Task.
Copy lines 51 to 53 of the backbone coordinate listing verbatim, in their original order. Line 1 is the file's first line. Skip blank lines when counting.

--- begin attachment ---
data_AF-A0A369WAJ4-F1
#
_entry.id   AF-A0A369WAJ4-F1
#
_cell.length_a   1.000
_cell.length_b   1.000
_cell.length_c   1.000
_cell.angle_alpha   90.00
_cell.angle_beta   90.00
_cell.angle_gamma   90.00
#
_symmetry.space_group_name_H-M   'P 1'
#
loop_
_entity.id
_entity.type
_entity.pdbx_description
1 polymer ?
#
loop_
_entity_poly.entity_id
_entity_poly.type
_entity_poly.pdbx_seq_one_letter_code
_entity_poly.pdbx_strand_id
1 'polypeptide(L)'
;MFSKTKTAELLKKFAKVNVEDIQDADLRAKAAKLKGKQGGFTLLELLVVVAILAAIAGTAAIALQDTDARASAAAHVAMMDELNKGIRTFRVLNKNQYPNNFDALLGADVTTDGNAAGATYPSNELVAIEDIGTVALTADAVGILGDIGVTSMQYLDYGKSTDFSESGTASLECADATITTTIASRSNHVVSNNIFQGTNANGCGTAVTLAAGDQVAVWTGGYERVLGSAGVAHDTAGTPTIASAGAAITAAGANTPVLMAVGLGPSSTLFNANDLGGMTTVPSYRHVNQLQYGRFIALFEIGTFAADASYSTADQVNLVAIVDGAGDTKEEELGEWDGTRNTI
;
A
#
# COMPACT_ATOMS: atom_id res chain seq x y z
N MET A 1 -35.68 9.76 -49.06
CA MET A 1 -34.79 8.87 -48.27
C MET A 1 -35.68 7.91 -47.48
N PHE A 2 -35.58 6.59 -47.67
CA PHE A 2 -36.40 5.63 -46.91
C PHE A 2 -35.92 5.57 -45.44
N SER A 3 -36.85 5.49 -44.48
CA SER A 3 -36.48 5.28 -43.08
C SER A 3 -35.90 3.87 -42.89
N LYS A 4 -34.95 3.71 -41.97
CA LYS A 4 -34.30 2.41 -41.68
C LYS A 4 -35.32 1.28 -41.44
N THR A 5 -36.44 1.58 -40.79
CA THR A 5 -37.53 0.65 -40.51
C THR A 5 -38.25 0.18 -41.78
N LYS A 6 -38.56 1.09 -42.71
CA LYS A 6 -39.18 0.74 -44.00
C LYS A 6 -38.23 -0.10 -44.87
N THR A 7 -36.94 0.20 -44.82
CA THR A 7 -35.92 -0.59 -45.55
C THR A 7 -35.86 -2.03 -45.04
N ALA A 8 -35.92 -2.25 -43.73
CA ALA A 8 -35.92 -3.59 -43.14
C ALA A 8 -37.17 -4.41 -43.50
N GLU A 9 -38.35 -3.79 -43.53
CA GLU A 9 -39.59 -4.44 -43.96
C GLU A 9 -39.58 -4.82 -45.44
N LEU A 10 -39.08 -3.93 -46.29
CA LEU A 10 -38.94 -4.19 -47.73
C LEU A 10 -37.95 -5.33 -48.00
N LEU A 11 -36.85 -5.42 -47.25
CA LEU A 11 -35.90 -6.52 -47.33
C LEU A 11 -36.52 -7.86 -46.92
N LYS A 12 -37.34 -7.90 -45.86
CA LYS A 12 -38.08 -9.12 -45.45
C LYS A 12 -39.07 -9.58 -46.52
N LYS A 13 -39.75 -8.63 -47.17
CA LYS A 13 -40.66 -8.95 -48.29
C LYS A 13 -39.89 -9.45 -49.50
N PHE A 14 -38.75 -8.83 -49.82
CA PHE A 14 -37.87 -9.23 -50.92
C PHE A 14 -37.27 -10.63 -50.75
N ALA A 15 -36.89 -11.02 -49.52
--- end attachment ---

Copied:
C THR A 7 -35.86 -2.03 -45.04
N ALA A 8 -35.92 -2.25 -43.73
CA ALA A 8 -35.92 -3.59 -43.14